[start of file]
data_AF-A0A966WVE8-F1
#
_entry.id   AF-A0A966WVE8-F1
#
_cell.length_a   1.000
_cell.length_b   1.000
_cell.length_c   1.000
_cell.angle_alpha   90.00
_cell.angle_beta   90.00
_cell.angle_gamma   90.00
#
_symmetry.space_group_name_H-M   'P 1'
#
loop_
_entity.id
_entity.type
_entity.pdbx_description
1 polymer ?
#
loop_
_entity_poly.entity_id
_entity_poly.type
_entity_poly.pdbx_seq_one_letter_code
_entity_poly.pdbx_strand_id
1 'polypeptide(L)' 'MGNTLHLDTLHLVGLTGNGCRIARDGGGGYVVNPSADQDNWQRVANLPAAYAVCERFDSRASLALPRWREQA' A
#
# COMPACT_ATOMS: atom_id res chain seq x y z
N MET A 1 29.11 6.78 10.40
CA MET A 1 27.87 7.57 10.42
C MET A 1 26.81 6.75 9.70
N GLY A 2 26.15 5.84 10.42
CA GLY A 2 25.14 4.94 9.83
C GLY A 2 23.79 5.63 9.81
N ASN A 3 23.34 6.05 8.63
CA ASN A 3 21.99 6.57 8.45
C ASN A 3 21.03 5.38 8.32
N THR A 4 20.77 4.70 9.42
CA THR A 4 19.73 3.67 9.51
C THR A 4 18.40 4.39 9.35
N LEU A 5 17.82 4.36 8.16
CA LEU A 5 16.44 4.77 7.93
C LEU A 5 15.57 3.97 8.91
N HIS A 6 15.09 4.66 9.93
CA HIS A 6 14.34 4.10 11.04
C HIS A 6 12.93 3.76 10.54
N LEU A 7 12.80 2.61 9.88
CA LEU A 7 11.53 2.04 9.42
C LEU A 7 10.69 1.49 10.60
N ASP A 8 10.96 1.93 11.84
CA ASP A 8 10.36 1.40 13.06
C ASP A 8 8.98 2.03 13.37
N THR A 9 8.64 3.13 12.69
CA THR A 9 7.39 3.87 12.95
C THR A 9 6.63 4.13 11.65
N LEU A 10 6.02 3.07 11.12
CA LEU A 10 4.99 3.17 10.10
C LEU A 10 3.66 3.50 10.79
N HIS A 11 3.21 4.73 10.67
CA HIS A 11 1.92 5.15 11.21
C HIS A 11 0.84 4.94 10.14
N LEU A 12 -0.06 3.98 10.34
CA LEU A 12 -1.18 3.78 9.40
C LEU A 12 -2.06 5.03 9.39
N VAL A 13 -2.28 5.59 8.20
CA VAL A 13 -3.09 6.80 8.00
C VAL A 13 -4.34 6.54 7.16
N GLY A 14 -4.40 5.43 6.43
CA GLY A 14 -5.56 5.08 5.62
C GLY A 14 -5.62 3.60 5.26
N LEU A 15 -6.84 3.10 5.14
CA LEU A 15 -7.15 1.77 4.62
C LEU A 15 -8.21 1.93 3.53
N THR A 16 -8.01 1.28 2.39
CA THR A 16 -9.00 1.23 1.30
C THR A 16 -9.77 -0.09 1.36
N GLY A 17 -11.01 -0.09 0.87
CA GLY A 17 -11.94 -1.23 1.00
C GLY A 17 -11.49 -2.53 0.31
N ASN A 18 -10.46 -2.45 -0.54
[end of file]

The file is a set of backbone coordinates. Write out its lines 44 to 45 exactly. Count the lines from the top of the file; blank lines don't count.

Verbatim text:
CA HIS A 6 14.34 4.10 11.04
C HIS A 6 12.93 3.76 10.54